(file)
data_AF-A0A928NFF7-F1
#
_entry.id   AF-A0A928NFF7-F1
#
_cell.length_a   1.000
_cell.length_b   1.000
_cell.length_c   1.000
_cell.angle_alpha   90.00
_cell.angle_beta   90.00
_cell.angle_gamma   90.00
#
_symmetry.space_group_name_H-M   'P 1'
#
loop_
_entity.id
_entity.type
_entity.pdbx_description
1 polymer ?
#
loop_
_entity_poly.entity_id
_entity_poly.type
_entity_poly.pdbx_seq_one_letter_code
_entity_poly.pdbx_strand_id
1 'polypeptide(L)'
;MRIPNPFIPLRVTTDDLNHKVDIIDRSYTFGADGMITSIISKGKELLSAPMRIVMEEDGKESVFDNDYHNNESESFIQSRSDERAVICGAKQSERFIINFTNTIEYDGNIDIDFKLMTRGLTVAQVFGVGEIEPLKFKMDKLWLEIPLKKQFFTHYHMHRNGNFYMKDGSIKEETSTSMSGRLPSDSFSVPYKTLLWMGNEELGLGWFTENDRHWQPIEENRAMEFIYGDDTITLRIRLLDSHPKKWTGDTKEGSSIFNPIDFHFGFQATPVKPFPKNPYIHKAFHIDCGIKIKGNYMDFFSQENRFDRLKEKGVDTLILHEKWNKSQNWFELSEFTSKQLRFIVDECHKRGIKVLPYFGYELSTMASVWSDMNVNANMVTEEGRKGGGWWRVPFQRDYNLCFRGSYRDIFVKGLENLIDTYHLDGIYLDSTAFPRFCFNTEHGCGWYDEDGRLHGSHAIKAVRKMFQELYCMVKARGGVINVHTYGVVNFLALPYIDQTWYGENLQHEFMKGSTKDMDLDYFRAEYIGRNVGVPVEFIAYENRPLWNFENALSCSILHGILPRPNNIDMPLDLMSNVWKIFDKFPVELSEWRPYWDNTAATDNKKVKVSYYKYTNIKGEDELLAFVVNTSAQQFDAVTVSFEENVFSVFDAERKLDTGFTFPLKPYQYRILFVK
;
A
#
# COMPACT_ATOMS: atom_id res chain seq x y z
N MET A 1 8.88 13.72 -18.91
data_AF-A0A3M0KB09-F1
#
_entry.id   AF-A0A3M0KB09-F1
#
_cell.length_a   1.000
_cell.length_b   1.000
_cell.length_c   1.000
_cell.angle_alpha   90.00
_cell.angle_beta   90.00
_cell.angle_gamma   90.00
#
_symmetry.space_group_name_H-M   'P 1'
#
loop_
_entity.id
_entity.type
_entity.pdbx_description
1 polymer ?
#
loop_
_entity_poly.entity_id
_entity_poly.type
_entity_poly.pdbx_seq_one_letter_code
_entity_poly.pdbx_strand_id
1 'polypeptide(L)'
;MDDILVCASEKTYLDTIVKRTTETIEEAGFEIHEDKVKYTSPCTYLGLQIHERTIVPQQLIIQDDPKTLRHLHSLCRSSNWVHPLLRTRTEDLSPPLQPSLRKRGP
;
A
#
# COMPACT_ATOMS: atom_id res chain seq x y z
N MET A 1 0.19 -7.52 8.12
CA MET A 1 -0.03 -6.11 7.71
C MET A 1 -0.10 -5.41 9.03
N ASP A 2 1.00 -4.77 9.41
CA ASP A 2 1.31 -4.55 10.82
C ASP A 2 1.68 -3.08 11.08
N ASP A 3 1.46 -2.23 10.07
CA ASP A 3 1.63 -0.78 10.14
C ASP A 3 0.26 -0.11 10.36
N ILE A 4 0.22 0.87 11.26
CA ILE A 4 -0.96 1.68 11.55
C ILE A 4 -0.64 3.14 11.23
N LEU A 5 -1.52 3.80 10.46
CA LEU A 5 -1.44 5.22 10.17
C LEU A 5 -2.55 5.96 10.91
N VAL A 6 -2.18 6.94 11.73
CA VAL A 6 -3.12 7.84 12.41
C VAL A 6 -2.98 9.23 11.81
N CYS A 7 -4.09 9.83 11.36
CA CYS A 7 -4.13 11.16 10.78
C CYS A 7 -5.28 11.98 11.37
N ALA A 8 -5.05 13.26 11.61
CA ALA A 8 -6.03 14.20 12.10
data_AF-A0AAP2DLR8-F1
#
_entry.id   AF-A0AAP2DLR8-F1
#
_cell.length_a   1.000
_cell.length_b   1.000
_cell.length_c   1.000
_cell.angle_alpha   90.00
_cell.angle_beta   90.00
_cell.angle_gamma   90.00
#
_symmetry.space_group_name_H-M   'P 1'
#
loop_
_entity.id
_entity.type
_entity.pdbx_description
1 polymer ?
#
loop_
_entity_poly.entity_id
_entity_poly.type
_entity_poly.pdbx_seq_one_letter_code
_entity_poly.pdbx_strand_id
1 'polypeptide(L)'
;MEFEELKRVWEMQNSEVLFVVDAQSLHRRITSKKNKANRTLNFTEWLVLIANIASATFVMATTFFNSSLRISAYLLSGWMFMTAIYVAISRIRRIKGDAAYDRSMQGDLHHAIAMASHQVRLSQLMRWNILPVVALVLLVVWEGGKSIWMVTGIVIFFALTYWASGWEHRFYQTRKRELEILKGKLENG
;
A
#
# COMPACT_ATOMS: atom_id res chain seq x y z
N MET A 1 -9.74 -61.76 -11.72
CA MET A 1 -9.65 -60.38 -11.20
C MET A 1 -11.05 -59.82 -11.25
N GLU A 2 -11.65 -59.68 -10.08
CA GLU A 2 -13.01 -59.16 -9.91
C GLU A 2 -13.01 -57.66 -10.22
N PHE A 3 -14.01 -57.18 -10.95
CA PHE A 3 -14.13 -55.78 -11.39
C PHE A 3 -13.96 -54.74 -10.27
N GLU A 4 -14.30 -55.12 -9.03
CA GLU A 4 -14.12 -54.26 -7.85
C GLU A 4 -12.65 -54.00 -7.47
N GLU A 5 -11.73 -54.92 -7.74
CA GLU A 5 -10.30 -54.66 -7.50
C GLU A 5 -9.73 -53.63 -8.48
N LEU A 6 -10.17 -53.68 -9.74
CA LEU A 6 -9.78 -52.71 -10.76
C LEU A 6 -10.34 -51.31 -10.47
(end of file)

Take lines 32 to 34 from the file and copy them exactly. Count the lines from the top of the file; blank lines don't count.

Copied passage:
data_AF-A0A3M0KB09-F1
#
_entry.id   AF-A0A3M0KB09-F1